Volkswagen’s pending partnership with Didi Chuxing to build and maintain a fleet of vehicles not only gives the Chinese behemoth a tighter grip on the ride-share market in its home country, it will accelerate VW’s development of autonomous vehicles.
As part of the deal, which is expected to be finalized next month, the German automaker will initially manage a fleet of about 100,000 new vehicles for Didi, of which two-thirds will be Volkswagen Group cars, according to Reuters.
Volkswagen will also be part of an alliance of 31 companies, including Toyota and Renault-Nissan-Mitsubishi, to develop cheap, electrified vehicles for China.
Unsurprisingly, the use of ride-sharing services in China is on the rise. It allows residents of large, congested cities like Beijing and Shanghai to run errands and get to places without the expense of vehicle ownership.
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While this has been predicted to occur in other countries with ride-sharing, such as the U.S., it was expected to take a long time to occur. In China, the consequences already appear to be harmful for existing carmakers, forcing companies like Volkswagen to reinvent their businesses and seek out future revenue streams.
Fortunately for VW, the automaker does get a major benefit in this new deal — unfettered access to data on customer behavior. Didi provides more than 3 million rides daily and this information can be used to accelerate the development of VW’s autonomous vehicle program.
The goal of ride-sharing companies like Didi and in the U.S. Uber and Lyft was to eventually develop self-driving vehicles. Although VW has been pushing hard on the electric vehicle front, it’s been behind the curve on autonomous vehicles.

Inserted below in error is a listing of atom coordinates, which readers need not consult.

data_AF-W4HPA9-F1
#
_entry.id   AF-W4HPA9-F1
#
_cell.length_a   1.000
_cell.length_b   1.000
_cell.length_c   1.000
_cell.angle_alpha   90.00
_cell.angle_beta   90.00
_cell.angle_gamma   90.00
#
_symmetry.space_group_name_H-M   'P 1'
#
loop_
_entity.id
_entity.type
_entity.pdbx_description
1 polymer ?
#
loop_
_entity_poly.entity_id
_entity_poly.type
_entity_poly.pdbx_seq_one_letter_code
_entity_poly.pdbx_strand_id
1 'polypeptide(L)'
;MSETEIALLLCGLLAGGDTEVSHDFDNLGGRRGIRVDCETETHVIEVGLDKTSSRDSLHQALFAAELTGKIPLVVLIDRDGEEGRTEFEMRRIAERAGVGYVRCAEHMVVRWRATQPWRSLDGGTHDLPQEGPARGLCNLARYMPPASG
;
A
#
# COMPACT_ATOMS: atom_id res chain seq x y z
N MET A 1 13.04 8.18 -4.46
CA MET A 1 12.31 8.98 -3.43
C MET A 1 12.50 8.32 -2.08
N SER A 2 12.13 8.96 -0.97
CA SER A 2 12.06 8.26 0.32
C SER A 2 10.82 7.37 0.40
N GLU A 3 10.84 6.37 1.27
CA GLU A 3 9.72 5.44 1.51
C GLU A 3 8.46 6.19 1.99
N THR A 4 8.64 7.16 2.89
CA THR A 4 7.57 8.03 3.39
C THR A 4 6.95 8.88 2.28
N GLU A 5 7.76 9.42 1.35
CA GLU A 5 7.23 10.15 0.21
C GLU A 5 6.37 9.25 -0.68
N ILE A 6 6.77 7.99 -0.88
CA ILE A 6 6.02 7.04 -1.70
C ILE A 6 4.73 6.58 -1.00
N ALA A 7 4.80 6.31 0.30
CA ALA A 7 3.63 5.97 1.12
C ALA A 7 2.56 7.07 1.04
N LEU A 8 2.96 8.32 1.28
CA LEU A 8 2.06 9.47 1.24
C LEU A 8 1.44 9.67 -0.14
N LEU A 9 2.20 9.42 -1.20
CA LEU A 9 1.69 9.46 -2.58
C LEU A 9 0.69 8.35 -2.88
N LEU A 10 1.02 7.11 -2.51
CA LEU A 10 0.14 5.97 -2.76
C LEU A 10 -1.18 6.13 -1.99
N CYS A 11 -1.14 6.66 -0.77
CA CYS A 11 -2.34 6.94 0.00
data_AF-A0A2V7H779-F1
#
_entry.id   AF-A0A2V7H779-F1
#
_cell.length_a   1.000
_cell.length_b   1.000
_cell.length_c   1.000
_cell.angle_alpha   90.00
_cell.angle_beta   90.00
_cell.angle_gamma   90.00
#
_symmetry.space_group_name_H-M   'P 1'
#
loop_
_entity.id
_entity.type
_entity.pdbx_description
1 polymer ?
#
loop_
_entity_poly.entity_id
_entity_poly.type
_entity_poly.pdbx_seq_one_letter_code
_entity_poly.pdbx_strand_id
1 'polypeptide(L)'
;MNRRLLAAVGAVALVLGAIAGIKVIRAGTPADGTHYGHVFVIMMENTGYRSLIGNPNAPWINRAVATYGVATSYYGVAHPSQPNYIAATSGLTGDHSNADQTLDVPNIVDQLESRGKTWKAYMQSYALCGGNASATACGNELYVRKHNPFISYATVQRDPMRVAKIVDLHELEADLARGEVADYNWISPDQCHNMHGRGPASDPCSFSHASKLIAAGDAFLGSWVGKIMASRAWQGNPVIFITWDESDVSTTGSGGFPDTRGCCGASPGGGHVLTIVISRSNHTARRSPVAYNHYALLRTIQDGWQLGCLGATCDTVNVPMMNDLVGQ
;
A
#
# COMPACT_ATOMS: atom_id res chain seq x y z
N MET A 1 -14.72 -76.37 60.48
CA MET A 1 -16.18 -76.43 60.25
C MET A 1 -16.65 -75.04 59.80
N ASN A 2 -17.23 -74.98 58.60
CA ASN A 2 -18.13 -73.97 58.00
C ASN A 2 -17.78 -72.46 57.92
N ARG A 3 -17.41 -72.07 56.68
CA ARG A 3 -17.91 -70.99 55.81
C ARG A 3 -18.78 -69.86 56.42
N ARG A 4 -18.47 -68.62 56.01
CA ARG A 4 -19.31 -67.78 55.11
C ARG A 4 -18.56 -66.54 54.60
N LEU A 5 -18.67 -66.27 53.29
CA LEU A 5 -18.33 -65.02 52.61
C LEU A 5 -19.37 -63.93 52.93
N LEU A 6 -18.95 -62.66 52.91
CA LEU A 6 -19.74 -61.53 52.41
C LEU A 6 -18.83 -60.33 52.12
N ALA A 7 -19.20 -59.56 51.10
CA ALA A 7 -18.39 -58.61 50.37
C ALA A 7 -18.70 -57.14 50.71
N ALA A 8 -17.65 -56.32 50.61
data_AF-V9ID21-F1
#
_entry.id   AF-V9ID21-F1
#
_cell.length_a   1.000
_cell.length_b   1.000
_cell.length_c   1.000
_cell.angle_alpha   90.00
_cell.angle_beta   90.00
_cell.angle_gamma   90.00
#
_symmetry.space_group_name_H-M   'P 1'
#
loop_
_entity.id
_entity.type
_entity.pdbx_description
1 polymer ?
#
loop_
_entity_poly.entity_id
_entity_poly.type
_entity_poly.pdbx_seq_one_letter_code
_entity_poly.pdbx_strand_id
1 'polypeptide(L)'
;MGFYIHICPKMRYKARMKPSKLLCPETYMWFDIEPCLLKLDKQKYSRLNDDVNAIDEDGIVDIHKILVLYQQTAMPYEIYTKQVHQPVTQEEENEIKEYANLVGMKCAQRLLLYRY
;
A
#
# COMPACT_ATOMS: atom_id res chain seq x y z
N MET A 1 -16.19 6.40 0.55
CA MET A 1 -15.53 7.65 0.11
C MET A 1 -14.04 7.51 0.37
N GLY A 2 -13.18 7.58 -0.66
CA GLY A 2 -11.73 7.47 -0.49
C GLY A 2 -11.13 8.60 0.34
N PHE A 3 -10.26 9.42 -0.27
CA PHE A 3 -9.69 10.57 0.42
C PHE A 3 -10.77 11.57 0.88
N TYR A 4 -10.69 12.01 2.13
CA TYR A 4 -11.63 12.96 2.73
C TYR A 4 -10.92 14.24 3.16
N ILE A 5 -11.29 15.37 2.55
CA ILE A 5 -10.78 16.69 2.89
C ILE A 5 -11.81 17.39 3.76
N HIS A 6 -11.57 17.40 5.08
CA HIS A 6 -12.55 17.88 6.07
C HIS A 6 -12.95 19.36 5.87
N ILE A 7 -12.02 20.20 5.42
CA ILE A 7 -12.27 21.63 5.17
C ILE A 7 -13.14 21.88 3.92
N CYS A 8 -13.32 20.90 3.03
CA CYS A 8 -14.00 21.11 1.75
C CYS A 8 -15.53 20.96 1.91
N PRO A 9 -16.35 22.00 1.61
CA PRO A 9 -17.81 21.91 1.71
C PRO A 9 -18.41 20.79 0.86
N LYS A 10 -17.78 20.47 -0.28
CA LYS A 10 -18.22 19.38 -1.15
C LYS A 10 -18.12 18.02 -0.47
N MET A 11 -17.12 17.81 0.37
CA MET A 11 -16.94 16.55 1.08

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However, it’s not only seeing it needs to focus heavily on self-driving vehicles, VW officials know they need to spend heavily too. The company, according to Reuters, has about $18 billion dedicated to autonomous vehicles.
Some of that will be used for investments in ride-hailing, autonomous driving, digitalization, electric mobility and other services in China by 2022, the news service noted. It has already invested in an artificial intelligence firm called Mobvoi, a car-sharing company Shouqi and a second-hand car buying company.
It’s likely that is just the beginning of a spending spree that should have U.S. makers like GM, Ford and Tesla and other luxury foreign makers like Mercedes-Benz and BMW, concerned. Because once Volkswagen has access to customer data, its learning curve is going to get steep.
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As previously mentioned, it will have access to more than 3 million miles of daily data to aid in the development of self-driving technology, and that’s without developing any new alliances like Detroit makers and other companies have.